This pattern is used to indicate a situation that might have happened but did not. Its meaning is similar to the meaning of a clause beginning with if, but this pattern is more formal.
- The captain of the boat did not want to leave; he wanted to remain on his vessel and try and do something. Had he remained, he would have gone down with his boat.
- Kay didn't know of the affair he was having with a younger woman, but she probably would not have done anything about it had she known.
There are eleven modal verbs in English. They are used to add meaning to a main verb, for example to indicate how certain or possible something is, or how frequently something happens, or whether a course of action is recommended or allowed.571
Unlike ordinary verbs and auxiliary verbs, modal verbs do not change their form depending on the Subject. For example, you say I must and He must.
Unlike ordinary verbs and auxiliary verbs, modal verbs do not change their form to indicate tense, although could, should, and would are sometimes considered to be the past equivalents of can, shall, and will. It is better, however, to think of these words as different verbs, not as different forms of the same verb, because they have very different meanings. The pattern MODAL have -ed is sometimes used to talk about something in the past, as in She must have seen him.
Modal verbs are made negative by putting not after them, as in She might not be happy, or You should not go. In spoken and informal written English, not is usually contracted to n't and is added to the modal: You shouldn't go. The negative form of can is cannot. In spoken and informal written English this is usually contracted to can't. Similarly, shall not is usually contracted to shan't and will not to won't.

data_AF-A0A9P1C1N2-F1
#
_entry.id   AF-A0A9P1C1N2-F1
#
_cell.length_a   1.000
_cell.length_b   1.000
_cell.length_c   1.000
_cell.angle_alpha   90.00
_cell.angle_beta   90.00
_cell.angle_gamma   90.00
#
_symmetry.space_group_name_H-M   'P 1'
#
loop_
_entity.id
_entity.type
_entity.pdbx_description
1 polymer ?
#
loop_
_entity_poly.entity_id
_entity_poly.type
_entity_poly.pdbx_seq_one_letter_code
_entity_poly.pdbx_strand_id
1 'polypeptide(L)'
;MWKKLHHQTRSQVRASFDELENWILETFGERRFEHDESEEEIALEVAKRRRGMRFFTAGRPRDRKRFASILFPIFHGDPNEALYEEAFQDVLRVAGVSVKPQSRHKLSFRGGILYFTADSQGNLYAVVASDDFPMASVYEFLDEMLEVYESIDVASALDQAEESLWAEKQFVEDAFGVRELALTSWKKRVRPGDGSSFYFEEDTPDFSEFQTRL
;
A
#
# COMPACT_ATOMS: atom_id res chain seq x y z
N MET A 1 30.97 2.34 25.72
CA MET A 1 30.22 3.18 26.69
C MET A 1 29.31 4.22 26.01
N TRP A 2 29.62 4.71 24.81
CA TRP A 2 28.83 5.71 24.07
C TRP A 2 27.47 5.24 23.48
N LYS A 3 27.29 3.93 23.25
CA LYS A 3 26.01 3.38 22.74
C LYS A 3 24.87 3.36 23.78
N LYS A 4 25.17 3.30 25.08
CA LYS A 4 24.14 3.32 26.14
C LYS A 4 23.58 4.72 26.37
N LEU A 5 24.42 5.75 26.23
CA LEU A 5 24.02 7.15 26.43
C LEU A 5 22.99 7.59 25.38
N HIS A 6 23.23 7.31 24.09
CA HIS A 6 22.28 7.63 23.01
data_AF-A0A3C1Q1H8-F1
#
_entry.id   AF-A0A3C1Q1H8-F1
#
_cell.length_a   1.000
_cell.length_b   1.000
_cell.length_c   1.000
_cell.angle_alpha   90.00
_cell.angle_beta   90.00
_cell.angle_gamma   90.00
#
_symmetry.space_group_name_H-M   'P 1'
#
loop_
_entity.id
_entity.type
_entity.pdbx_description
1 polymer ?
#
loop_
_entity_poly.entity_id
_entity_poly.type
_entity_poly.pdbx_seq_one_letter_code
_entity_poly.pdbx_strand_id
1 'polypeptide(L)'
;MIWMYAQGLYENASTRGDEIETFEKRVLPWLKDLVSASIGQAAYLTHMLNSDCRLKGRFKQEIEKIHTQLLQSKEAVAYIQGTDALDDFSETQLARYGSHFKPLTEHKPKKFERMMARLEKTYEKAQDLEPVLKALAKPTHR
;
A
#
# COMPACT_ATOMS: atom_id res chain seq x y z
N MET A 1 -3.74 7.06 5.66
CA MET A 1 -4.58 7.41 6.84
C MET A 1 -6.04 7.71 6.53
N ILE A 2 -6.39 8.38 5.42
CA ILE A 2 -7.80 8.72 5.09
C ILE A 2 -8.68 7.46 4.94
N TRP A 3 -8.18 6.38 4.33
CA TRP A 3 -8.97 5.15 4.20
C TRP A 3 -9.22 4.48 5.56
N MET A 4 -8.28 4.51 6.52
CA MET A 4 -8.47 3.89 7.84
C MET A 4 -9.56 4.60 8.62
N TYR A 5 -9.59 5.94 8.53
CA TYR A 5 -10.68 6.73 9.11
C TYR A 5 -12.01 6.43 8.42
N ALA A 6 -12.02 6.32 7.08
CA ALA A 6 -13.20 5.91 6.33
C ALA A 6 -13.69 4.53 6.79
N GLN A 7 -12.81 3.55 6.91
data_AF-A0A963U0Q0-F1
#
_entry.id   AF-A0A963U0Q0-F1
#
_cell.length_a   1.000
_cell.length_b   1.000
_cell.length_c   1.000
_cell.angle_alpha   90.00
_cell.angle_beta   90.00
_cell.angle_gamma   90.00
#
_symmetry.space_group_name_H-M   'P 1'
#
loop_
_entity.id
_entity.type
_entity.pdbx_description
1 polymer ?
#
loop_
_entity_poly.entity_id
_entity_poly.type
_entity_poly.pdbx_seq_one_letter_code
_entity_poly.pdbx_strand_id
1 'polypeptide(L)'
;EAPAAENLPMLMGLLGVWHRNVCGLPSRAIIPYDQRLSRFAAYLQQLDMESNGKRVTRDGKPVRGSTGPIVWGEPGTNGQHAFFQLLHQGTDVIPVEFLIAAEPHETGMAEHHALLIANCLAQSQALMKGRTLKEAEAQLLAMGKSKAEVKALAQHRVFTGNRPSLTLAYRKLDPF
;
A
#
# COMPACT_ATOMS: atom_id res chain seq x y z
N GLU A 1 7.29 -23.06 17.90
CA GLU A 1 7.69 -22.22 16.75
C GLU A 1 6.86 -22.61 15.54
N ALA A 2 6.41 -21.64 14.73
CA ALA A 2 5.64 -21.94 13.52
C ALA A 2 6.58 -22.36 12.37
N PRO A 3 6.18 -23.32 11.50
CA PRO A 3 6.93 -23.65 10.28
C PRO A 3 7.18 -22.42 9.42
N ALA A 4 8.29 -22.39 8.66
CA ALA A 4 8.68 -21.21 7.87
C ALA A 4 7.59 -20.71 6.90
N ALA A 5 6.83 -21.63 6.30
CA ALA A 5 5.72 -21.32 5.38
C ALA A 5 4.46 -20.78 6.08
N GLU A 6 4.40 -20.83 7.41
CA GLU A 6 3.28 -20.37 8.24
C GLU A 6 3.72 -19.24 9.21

The interrogative of verb groups formed with modal verbs is made by placing the Subject after the modal verb, as in Might she be happy? or Should you not go? If the n't form of the negative is used, the Subject comes after that: Shouldn't you go?
The modal verbs dare and need also occur as main verbs. In He doesn't dare climb the tree, dare is a main verb, but in He dare not climb the tree, dare is a modal verb.
There are two main patterns associated with modal verbs:
She must be mad.
*MODAL have -ed
She must have missed the bus.
The modal verb is followed by the bare infinitive form of another verb. The two verbs together form the verb group. The bare infinitive may be be followed by an `-ed' form or an `-ing' form.
|She||could not||lie||to him.|
|We||may||be facing||a catastrophe.|
|Final decisions||shall||be taken||in the future.|
All the modal verbs are used with this pattern, with a variety of meanings. These include:
- expressing certainty or uncertainty about a situation e.g. could, might, must
- saying what sometimes happens e.g. can, may
- talking about an obligation e.g. must, need, should
- talking about ability e.g. can, could
- saying what someone dare do 572
- talking about future possibilities e.g. may, shall, will
- talking about permission e.g. can, may, might
- talking about something hypothetical e.g. should, would
- Insect stings can be nasty but they aren't usually dangerous.
- The British Airways desk clerk said she could not accept me on to the plane unless I showed my passport.
- We dare not let that happen again.
- And many thanks to Debbie Licorish for her calm manner and eye for detail. Finally, may I thank Tony Green for all his support and good humour during the most trying of times.